We will be holding vigils every Friday in King George Square while the fate of the prisoners on death row in Indonesia is being decided.
Please come along and show your support, and spread the word.
Facebook event here.
AMNESTY INTERNATIONAL and AUSTRALIANS AGAINST CAPITAL PUNISHMENT invite you to
Stop executions in Indonesia
Date: Friday 13th February 2015
Time: 6.00 pm – 7.30 pm
Venue: Reddacliff Place (top of Queen St Mall)
Please, call on the Indonesian President to halt these executions and work on ending the death penalty for good.
See Amnesty’s list of actions to Keep Hope Alive here.
Facebook event here.
Australians Against Capital Punishment are a group of concerned citizens from many backgrounds and many walks of life who have joined together to campaign for an end to the death penalty in all circumstances, in all countries.
For more information please contact Tina ph 0423 709 445 or email email@example.com
State claims mentally disabled prisoner is not entitled to a stay, since his arguments have already been rejected in lower courts
The state of Georgia has applied to the US supreme court to overturn a stay of execution for Warren Hill, the intellectually disabled prisoner who came within half an hour of being put to death on Tuesday night.
Georgia’s attorney general has filed a petition with the highest court in the US, arguing that Hill is not entitled to a stay of execution, because of the fact that he has exhausted all legal remedies. The petition states that his lawyer’s argument that the prisoner is “mentally retarded” is not new, and has been rejected by previous courts.
In a riposte to the supreme court, Hill’s attorney Brian Jammer countered that the appeal is indeed based on new evidence – the decision of three doctors to change their testimony that has transformed the case.
It now remains to be seen whether the nine justices of the supreme court wish to become embroiled in this particular challenge. In similar cases, the court has wished to remain above the legal fray, leaving the argument to be fought out by the lower courts.
Georgia has until 26 February to execute Hill, after which deadline it will have to apply for a new death warrant. That may help explain its urgency in trying to overturn the stay.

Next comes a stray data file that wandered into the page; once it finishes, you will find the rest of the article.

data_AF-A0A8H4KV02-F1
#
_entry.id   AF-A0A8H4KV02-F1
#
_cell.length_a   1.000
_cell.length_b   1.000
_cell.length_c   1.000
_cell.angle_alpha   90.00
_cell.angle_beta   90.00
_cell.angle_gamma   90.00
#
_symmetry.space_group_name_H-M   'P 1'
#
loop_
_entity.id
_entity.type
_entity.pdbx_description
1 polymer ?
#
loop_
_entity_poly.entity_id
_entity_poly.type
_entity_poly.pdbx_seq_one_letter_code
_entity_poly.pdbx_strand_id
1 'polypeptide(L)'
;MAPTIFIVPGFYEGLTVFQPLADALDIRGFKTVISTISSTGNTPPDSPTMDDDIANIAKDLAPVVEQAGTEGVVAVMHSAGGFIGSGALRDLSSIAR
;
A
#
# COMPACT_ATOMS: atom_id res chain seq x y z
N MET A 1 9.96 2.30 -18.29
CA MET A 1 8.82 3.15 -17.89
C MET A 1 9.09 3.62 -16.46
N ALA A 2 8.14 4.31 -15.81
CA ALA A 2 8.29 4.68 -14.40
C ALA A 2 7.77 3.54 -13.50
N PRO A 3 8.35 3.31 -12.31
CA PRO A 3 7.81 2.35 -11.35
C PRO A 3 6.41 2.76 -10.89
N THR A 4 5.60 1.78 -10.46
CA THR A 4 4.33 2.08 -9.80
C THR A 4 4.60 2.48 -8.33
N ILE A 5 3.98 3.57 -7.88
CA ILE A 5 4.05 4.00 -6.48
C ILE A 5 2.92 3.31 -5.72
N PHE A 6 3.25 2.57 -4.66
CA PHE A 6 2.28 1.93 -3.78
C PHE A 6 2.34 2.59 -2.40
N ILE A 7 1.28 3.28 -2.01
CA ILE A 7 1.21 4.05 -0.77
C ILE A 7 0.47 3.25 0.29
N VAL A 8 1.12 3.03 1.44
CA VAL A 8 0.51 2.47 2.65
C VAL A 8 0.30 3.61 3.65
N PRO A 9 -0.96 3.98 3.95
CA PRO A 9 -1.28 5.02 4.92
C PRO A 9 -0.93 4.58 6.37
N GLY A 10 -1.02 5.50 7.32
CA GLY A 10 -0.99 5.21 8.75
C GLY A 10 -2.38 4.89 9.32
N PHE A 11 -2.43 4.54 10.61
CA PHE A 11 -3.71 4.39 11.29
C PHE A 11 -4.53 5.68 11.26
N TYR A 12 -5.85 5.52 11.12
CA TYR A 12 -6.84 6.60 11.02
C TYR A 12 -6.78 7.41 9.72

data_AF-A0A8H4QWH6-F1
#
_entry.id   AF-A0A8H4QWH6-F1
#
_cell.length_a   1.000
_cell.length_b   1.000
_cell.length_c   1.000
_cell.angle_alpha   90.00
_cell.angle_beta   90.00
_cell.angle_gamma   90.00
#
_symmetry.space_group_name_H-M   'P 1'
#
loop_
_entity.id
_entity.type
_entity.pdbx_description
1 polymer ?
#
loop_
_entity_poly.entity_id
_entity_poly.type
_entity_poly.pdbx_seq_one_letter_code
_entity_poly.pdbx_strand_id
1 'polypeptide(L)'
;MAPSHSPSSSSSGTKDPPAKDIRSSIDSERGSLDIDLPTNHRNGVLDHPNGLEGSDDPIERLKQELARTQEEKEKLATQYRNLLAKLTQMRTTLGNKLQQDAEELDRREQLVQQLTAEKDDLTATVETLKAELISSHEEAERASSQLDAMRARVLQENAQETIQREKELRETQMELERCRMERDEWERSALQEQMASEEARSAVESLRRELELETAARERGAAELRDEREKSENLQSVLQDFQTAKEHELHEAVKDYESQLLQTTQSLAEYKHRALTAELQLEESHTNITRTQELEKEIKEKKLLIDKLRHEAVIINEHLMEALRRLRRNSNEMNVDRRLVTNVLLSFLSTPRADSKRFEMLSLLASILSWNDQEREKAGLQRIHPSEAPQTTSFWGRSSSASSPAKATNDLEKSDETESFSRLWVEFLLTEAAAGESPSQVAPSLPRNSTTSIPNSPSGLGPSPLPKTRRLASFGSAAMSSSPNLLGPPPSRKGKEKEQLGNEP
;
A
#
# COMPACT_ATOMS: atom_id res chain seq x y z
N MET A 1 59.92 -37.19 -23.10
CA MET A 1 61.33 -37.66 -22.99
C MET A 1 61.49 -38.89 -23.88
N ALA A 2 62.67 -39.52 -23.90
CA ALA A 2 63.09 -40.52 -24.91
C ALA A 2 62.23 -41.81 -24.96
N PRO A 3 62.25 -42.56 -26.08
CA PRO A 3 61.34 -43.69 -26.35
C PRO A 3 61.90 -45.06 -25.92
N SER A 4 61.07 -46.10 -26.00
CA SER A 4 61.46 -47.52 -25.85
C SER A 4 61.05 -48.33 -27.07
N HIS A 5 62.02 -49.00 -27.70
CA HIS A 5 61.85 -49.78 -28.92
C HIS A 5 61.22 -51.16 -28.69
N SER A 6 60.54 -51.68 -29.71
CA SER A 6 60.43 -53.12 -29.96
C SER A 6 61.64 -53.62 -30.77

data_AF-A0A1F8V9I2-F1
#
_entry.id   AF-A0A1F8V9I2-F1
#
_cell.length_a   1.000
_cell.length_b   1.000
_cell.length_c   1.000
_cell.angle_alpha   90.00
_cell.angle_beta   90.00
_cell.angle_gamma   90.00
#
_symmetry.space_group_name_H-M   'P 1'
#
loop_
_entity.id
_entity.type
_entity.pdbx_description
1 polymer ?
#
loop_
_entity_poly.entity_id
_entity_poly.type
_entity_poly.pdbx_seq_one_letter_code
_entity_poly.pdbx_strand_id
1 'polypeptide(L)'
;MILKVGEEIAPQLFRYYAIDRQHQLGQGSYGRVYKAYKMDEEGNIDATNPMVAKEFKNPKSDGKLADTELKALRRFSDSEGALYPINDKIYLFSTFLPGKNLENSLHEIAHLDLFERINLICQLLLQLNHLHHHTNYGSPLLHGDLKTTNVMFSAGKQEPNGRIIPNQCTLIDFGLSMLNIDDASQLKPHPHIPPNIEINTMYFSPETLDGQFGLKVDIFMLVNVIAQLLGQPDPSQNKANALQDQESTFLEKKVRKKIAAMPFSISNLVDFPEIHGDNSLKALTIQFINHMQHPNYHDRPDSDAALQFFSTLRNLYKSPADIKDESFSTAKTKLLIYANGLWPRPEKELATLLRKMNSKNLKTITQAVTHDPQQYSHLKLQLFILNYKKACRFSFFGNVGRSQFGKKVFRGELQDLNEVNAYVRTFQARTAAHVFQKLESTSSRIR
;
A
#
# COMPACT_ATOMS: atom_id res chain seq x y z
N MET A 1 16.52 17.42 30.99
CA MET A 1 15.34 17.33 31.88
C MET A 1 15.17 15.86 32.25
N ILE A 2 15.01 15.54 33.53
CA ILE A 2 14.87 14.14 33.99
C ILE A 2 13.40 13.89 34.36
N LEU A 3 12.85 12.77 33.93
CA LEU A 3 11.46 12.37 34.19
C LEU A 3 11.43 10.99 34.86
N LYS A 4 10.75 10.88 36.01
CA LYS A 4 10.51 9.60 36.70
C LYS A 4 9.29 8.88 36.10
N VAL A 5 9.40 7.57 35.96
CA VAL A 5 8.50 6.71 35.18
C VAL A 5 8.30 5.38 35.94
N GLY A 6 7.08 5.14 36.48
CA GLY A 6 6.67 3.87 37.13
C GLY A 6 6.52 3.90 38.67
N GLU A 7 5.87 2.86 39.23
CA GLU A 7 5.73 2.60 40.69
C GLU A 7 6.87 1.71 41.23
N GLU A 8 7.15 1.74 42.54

Full story here.
A few years ago, Antonin Scalia, one of the nine justices on the US supreme court, made a bold statement. There has not been, he said, “a single case – not one – in which it is clear that a person was executed for a crime he did not commit. If such an event had occurred … the innocent’s name would be shouted from the rooftops.”
Scalia may have to eat his words. It is now clear that a person was executed for a crime he did not commit, and his name – Carlos DeLuna – is being shouted from the rooftops of the Columbia Human Rights Law Review. The august journal has cleared its entire spring edition, doubling its normal size to 436 pages, to carry an extraordinary investigation by a Columbia law school professor and his students.
Full story here.
04 Mar, 2012
In his 12 years on death row, Larry Swearingen’s execution date has been set three times. Three times he has known when he would be strapped to a stretcher and put down with drugs: sodium thiobarbital to anaesthetise him, pancuronium bromide to paralyse his muscles and potassium chloride to stop his heart.
In January 2009, he had written his goodbyes and was on his way to the chamber when the stay of execution came through. ”The way I had to look at it was, ‘I’m just gonna lay down and go to sleep,”’ he says. ”I wasn’t gonna grovel. I wasn’t gonna sit there and cry. I can’t be remorseful for a crime that I didn’t commit.”
Swearingen lives at the Allan B. Polunsky unit, an hour or so north of Houston. Along with another 292 men and 10 women awaiting execution for capital crimes committed in Texas, he is kept in solitary confinement. His cell is not quite four metres long and a little more than two metres wide, with a slit above head height, more a vent than a window. He has a toilet, a typewriter, a radio and a hotplate. His daily hour of recreation is spent alone, although he can talk and play chess, through gaps between the cells. Most of his companions are here because they have committed horrendous acts of violence.